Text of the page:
Nearly 200 years before the opening of the National Museum of the American
Indian, a superintendent of the Indian Affairs Office sought urgently to
collect items from various Indian nations in an effort to preserve the
history of what he saw as a vanishing race.
Thomas L. McKenney, who served as superintendent of Indian trade under the
then U.S. War Department, began a task in 1817 of collecting anything he
could from Indians across the country and created what is often referred to
as the Indian Office Museum.
It sat within his office on the second floor of the War Department building
in Washington, D.C., and exhibited years later about 130 portraits of
Indian leaders, according to Herman J. Viola, author of "Thomas L.
McKenney: Architect of America's Early Indian Policy: 1816 - 1830."
While in the War Department, first as the superintendent of Indian trade
and later as the first superintendent of the newly created Bureau of Indian
Affairs, McKenney collected languages, portraits, books, moccasins, animal
skins, spear points, arrow heads, bows, arrows, regalia and pottery, among
many other items pertaining to Indian life.
Despite a lack of national interest in preservation of American Indian
culture, lack of funds and criticism of what McKenney spent on the
portraits, he continued to pursue his collections, according to Viola.
McKenney even sought scalps along with the identity of the persons from
which they came. In Viola's research, he quoted a letter McKenney had
written to one man whose help he enlisted to make sure the Indians weren't
encouraged to get new scalps, but rather to offer the ones they had.
Even after he assumed his new position as Indian Affairs office
superintendent, McKenney continued collecting Indian items, adding a string
of wampum from a collector in New York. When he invited Indians to
Washington, D.C., he often asked for things they wore as well as items they
had with them, and if the Indians wouldn't donate them, he'd offer to buy
them. A few Passamaquoddy Indians were paid for the two bark canoes they
rode in to visit him, Viola wrote.
McKenney even tried to collect items that belonged to the Indian leaders to
be exhibited with their portraits. At one point, he tried to buy the peace
medal, coat and tomahawk that had belonged to the Seneca Indian chief, Red
Jacket - but, according to Viola, he wasn't able to get them.
McKenney's interest also caught the attention of others who were willing to
assist him. Viola, who retired years ago as the Smithsonian's National
Anthropological Archives director, wrote that McKenney even received
sketches of burial mounds in the Mississippi Valley and encouraged the
missionary who sent them to him to learn more about the people buried
there, even if it meant digging up their bones. Other offers such as one by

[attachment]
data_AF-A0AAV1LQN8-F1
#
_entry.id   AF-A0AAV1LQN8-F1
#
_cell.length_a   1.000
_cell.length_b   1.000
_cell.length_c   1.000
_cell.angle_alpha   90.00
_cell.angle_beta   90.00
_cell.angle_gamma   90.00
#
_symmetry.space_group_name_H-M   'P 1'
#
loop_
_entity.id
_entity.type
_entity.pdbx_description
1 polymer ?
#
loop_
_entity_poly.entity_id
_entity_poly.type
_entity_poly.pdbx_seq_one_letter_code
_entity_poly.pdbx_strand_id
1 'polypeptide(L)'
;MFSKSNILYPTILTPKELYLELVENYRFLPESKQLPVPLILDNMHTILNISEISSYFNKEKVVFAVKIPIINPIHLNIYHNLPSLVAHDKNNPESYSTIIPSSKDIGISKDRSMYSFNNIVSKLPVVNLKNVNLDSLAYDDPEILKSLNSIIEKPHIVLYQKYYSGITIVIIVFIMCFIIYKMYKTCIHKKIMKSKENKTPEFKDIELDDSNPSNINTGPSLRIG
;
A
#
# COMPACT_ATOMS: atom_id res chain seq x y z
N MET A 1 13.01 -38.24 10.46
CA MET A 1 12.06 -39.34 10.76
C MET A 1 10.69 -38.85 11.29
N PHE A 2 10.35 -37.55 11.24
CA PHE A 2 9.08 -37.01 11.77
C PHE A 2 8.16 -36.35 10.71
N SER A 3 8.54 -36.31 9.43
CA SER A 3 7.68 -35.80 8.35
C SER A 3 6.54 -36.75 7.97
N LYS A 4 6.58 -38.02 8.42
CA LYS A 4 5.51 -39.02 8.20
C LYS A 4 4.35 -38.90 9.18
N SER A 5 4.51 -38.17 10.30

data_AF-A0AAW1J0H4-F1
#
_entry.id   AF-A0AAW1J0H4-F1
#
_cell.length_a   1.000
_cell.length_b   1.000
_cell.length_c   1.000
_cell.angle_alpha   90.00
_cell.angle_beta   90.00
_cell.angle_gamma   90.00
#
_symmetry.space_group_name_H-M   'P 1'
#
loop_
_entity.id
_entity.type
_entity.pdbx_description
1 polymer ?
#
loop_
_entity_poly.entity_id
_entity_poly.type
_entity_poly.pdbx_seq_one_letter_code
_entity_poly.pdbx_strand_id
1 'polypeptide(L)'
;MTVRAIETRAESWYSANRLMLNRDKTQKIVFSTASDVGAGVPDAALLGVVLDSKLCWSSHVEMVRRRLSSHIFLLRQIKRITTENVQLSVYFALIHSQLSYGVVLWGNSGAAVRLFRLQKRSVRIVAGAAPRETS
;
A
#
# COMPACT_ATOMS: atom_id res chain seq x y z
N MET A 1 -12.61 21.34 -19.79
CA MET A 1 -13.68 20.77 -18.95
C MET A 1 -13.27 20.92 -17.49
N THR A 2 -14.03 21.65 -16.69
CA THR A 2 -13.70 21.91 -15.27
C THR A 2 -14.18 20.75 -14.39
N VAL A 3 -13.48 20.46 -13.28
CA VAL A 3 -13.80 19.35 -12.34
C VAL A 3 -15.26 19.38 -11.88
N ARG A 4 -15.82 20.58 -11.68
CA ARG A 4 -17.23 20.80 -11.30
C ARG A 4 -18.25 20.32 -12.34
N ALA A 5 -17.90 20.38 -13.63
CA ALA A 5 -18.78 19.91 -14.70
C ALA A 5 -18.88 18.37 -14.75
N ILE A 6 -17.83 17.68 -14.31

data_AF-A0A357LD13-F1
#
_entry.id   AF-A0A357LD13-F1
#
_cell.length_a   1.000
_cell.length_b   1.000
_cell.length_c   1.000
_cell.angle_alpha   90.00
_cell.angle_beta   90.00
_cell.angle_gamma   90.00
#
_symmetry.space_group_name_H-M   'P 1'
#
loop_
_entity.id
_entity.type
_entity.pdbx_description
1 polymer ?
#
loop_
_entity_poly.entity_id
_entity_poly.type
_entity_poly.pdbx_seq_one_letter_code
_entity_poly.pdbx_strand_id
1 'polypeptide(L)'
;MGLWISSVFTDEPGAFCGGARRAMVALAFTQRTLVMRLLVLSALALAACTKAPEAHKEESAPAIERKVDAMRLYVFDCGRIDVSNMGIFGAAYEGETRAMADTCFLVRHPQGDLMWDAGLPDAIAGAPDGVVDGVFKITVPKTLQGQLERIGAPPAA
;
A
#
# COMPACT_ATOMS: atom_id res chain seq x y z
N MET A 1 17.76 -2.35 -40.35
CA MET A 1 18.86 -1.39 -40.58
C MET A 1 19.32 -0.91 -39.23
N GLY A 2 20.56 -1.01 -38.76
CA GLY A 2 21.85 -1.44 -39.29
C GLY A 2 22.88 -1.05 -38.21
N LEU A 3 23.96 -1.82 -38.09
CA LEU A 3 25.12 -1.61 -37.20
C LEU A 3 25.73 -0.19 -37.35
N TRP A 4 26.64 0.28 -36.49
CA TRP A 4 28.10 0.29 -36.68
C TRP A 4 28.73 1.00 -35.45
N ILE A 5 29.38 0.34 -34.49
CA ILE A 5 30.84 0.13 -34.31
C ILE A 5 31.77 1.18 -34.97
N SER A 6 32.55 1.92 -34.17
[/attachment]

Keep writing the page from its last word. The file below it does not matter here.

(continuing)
a writer seeking help in publishing a history of the Six Nations were
declined due to a lack of funding. Still, McKenney continued to broaden his
collections by including information on Indian medicine such as their cure
for rabies and snake bites.
In 1824, McKenney sought alphabets and grammars of Indian languages, urging
missionaries working with the Indians to move quickly on those because the
interest in preserving Indian culture was lagging, according to Viola. He
eventually did receive grammars of the Sac, Cherokee, Shawnee, Osage,
Chippewa, Choctaw and Nottoway Indians - the latter tribe only being a
listing of words that had actually been compiled at the request of Thomas
Of the word lists, McKenney wrote in a letter to Indian agents,
superintendents and missionaries, "The subject increases in interest as
time removes us from those to whom it relates, but how will this be
increased when antiquity shall invest it with its charms, and when the race
of human beings who preceded us in the occupancy of this vast continent,
will be known no more," according to Viola.
McKenney then encouraged them to find anyone who may be considered the last
of a tribe, "Such a man may be looked upon as the connecting link between
time and eternity, as to all that regards his people; and which, if it be
lost, all that relates to his Tribe is gone forever."
In 1830, McKenney was dismissed from the Indian Affairs office, and his
archives, too, were no longer exhibited there. Many of his collections were
either sold or given eventually to the Smithsonian Institute. A fire in
1865 nearly destroyed all of the portraits. The remainder of these are held
in the Smithsonian's National Anthropological Archives under McKenney's
JoAllyn Archambault, director of the American Indian Program at the
National Museum of Natural History with the Smithsonian Institute, and a
member of the Standing Rock Sioux Tribe, said she was very familiar with
McKenney's collections, but she wasn't sure if any of the surviving pieces
from his collection were exhibited in the museum.
But Archambault said, "They [McKenney's books, Indian grammar manuscripts
and portraits] certainly were significant primarily because of how early
these pieces were."
For more information about the McKenney collection, visit www.siris.si.edu.